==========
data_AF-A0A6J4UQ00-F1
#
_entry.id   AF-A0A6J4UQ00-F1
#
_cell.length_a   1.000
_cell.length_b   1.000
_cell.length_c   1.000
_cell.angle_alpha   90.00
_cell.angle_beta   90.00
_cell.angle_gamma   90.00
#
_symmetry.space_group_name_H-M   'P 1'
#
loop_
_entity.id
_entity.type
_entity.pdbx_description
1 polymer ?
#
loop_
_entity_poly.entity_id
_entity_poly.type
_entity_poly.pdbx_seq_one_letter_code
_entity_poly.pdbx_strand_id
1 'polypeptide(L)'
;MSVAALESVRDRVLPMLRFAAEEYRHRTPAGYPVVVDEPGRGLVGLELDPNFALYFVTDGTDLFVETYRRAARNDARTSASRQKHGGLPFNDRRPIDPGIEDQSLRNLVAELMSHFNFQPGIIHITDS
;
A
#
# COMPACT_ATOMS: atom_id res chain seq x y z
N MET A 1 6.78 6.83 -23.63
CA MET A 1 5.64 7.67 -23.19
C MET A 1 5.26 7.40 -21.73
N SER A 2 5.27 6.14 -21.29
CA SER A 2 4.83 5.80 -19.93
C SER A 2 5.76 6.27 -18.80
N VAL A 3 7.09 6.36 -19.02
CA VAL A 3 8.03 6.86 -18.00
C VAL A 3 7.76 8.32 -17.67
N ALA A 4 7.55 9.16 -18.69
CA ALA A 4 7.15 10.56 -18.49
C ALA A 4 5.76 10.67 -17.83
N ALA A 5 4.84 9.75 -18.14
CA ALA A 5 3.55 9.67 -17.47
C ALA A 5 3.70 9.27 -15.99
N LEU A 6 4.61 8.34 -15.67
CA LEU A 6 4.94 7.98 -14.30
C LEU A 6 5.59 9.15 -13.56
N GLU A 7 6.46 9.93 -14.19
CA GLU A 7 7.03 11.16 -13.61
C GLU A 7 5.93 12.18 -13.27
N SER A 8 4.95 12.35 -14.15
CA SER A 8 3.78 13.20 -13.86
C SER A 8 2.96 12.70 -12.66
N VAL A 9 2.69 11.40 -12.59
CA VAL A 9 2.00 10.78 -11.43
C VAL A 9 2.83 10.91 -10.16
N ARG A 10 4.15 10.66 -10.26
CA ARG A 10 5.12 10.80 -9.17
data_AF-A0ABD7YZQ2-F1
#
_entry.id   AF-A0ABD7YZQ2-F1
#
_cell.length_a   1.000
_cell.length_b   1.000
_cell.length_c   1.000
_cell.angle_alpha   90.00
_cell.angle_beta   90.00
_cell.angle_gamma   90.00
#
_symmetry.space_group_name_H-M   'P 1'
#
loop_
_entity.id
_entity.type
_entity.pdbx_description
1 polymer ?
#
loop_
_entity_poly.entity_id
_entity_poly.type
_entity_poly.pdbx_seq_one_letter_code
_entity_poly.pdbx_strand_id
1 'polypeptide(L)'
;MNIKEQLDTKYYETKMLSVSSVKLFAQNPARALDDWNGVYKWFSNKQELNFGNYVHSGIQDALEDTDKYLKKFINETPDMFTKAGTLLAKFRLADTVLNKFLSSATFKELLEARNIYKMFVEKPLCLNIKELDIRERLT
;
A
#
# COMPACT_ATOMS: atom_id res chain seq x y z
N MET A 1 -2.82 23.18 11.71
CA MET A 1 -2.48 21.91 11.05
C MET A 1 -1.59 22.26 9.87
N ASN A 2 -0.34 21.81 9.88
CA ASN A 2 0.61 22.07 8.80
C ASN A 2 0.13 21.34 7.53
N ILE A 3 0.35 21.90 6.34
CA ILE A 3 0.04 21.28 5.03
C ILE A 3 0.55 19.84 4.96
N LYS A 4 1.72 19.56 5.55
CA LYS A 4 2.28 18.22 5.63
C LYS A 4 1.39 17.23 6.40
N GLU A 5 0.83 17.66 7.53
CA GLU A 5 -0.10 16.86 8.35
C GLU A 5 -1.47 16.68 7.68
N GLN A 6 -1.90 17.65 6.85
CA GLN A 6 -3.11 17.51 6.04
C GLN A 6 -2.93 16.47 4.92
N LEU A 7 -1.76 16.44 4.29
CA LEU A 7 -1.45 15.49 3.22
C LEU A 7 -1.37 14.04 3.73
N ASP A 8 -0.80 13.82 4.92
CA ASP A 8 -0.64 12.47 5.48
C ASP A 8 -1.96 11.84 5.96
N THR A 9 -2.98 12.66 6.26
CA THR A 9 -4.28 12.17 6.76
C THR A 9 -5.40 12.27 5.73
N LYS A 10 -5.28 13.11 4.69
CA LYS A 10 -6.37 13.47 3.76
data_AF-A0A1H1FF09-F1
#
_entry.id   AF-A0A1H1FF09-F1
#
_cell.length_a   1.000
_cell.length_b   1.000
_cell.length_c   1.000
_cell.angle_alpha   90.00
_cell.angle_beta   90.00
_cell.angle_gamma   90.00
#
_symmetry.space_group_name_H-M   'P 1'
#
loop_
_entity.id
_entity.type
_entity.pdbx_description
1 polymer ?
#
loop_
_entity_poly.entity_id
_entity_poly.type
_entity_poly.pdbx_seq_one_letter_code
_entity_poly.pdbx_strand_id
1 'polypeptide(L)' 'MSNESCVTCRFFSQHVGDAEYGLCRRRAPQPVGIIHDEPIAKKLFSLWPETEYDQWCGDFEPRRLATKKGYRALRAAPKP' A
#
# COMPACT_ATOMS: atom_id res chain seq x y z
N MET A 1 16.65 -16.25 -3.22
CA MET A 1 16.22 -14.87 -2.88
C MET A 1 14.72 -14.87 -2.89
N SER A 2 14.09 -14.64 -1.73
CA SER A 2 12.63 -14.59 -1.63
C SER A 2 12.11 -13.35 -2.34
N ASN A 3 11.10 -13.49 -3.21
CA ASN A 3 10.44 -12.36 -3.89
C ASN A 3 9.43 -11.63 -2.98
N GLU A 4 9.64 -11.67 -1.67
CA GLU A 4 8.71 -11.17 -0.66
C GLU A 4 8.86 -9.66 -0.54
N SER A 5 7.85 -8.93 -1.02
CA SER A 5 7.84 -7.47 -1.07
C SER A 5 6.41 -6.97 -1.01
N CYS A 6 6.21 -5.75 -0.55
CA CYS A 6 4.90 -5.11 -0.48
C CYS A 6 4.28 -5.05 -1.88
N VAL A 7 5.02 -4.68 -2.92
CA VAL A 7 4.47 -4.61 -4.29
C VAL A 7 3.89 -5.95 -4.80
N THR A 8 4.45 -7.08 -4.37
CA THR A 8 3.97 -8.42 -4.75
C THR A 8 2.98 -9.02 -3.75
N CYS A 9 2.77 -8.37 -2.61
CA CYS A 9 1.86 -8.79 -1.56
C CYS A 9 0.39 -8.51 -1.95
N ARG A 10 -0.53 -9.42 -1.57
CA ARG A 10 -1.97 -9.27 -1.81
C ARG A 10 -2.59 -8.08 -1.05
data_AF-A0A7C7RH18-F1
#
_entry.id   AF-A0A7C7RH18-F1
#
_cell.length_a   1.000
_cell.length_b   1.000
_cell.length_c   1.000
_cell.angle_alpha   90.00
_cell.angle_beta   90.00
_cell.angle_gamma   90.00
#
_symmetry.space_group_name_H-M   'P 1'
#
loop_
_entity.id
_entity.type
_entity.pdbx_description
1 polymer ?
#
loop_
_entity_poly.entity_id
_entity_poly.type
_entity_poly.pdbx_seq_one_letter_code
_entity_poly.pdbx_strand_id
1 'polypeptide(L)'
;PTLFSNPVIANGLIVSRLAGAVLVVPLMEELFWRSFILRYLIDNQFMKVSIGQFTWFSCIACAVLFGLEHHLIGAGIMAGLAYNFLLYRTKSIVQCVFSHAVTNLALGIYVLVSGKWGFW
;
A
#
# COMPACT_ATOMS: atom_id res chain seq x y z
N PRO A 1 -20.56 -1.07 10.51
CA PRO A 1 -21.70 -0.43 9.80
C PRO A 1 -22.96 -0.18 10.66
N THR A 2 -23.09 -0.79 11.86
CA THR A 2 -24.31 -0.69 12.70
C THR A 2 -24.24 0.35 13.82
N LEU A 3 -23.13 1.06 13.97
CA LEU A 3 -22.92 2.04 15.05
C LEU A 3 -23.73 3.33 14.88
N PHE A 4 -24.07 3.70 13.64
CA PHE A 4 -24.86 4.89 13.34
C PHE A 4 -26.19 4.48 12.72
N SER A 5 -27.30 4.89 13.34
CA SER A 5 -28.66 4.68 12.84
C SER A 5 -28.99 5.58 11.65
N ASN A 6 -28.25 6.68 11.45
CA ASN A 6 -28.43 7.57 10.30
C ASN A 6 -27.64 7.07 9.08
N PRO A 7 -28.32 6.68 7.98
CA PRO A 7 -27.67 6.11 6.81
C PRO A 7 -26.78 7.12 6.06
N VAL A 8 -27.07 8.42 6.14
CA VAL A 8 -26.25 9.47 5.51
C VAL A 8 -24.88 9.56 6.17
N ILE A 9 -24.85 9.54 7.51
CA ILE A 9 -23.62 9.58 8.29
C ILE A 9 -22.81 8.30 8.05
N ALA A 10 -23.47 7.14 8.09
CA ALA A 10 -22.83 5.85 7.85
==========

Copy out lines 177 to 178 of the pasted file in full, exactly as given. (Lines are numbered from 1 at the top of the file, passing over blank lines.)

#
_entry.id   AF-A0A7C7RH18-F1